Traditional communities can mine sand in coastal areas: MoEF

Ministry order has no provision to curb illegal sand mining in river beds

 
By Anupam Chakravartty
Last Updated: Saturday 04 July 2015

Traditional communities living near sea coasts can now mine sand, according to a memorandum issued by the Union Ministry of Environment and Forests (MoEF) last week. The note, issued to all the district collectors across the country, specifically states that any form of sand mining in coastal areas, including in river beds and estuaries, has to be done manually without mechanised equipment.

The office memorandum issued on November 8, 2011 by additional director of MoEF, E Thirunavukarasu, is in line with the guidelines on the management of sand bars and their removal. It states that removal of sand bars “has to be done by manual method (sand collection in non mechanised dinghies or small boats using baskets or buckets by human beings) in various coastal states”. The memorandum, however, has no provision to curb large-scale illegal sand mining in the river beds.

MoEF officials say the decision to issue the memorandum was taken after closely perusing the request of the Karnataka government and provisions of the Coastal Regulation Zone (CRZ) notification of 2011.

Earlier this year, the Karnataka government had approved a policy on sand removal, which entails removal of sand bars manually, taking the aid of traditional communities in coastal areas or water bodies. This followed a Karnataka High Court order banning mechanised sand mining from April 2010 to September 2011. The order was passed on a public interest petition by various environmental groups. Chief Justice J S Khehar, in his order dated April 1, 2010, had said environmental clearances have to be obtained from the state department of forests and environment on the basis of the new sand mining policy of the state public works department (PWD).

According to the state policy, manually removed sand bars have to be acquired by  PWD and brought to a common place for auctioning. The department officials hope all the loopholes of sand being mined by the sand mafia, especially active in southern parts of coastal Karnataka, would be solved with this new policy. Kerala and Maharashtra have also banned mechanised sand mining.

Even though sand as a construction input forms just one per cent of the construction cost, real estate developers are hit by the policy of the Karnataka government. “The 70 per cent gap in demand and supply of sand in metros such as Bengaluru and Mangalore is pushing up prices of the property by Rs 75,000 to Rs 1 lakh. Since our projects cannot wait, we have been purchasing sand from the black market, which costs Rs 65,000 a truck,” says a real estate developer of Bengaluru.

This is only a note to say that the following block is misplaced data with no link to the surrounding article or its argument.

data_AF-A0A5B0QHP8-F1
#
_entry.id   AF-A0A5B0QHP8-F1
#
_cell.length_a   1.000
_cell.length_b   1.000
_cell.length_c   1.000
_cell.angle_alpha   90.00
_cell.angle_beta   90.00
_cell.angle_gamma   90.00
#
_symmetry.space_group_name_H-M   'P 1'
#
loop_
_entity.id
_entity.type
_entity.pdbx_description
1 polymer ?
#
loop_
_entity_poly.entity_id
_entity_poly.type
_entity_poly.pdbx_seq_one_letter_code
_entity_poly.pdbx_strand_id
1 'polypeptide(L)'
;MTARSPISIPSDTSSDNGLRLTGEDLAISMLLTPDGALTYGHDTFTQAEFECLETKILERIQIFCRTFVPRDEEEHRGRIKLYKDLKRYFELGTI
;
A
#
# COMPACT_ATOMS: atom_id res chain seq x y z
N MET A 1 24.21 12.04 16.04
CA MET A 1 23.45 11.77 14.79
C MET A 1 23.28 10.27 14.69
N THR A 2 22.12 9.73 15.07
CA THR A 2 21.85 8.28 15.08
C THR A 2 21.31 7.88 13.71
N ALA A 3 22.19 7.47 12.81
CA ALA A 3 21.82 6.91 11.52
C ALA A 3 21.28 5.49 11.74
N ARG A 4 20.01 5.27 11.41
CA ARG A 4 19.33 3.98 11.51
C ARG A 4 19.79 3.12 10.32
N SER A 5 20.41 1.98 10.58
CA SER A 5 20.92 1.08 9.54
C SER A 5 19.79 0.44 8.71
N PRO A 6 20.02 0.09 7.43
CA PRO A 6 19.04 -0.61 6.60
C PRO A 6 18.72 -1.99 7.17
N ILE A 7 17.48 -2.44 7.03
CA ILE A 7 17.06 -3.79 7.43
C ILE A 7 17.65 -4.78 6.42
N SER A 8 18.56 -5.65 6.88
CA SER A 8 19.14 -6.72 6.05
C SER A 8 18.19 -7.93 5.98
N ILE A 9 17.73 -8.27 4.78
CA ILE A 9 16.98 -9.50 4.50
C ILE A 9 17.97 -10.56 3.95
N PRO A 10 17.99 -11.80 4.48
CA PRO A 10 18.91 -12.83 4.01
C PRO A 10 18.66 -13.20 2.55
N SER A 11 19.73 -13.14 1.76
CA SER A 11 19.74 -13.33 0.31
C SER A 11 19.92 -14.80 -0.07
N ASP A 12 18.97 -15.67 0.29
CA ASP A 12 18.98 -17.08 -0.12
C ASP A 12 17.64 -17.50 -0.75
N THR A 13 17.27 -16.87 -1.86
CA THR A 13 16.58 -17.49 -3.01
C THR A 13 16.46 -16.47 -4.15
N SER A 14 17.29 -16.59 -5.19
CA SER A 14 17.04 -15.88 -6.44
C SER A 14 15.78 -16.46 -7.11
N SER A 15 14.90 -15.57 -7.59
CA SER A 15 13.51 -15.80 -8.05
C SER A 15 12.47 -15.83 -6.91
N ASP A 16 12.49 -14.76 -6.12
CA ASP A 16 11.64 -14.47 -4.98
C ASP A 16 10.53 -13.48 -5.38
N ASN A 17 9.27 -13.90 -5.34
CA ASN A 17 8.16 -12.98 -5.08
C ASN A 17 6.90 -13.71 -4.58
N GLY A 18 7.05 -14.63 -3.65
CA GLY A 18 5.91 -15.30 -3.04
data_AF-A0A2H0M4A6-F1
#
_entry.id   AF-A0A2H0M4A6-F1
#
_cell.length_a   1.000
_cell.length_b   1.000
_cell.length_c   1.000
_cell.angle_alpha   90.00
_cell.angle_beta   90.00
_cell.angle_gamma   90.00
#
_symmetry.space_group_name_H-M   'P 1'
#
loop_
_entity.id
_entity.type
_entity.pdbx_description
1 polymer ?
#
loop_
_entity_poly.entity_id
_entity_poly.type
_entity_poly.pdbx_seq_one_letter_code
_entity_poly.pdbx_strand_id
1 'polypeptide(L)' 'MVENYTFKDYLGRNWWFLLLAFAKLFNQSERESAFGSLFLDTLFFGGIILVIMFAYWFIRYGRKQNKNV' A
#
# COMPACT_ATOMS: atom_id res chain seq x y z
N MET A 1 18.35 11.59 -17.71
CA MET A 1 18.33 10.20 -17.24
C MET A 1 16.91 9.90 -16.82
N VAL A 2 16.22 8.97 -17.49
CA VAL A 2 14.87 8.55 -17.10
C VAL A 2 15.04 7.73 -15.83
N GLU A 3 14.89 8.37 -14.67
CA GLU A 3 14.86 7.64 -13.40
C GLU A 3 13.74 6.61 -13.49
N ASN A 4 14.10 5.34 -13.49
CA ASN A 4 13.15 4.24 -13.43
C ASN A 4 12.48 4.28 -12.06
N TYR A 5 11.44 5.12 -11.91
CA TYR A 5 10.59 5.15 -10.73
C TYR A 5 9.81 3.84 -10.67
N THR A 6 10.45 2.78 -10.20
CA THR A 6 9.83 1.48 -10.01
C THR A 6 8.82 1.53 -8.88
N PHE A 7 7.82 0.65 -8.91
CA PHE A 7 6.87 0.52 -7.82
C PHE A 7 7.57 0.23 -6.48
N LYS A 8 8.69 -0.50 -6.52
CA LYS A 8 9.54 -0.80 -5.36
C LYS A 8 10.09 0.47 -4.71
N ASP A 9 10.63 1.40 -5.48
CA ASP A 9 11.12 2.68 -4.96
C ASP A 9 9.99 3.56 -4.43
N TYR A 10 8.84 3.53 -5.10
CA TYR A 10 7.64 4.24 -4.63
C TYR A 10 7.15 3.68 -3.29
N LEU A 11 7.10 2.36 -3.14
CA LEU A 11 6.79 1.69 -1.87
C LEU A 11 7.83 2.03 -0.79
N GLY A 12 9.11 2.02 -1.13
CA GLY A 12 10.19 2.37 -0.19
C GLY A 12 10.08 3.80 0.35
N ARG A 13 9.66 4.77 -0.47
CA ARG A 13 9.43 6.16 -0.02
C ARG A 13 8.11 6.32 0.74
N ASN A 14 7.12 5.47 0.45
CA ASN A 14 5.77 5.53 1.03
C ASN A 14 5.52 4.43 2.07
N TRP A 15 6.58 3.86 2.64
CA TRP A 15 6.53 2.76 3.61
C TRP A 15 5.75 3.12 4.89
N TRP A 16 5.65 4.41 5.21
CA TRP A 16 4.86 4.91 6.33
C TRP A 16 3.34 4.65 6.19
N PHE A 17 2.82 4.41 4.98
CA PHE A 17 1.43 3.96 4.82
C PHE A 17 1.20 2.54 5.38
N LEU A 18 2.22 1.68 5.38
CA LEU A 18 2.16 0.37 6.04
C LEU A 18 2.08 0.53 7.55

Since October 22, sand miners from Southern Karnataka, who use mechanised equipment, have been on strike and are refusing to supply sand in protest against the ban on mechanised mining. The agitation is being spearheaded by the Karnataka Sand Truckers' Association (KSTSA). The association's office bearers estimate that 95 per cent of sand mining business has been affected by this ban. President of KSTSA, B Kodandaramu, in a letter to state government, says that on an average 5,000 trucks were continuously ferrying sand for the real estate business in metros of the state. In March, 2011, former Chief Minister of Karnataka, B S Yeddyruppa, reportedly stated in the State Assembly that about 500,000 tonnes of sand is needed in the state each month. Kodandaramu has threatened that the strike will go on if mechanised removal of sand bars is not allowed in the state.

Activists demand complete ban on sand mining

T Peter of All India Fish Workers Federation, however, says sand mining and removal of sand bars should be completely banned, mechanised or manual. “It will be a loss to the traditional communities, who are now in this business, but effects of sand mining are long-term. It affects our fish catch. This kind of manual removal of sand bars by traditional communities would not work as there are powerful barons, who will indirectly benefit through such moves,” adds Peter.

The memorandum asks state government to study accumulation of sand bar, its removal, and the processes with the help of satellite images, global positioning system and others. “It shall be ensured that the permits are not accorded in areas identified as eco-sensitive zones, fish migratory and breeding grounds. The permits shall be given taking consideration the local circumstances and ecological settings,” the memorandum says.

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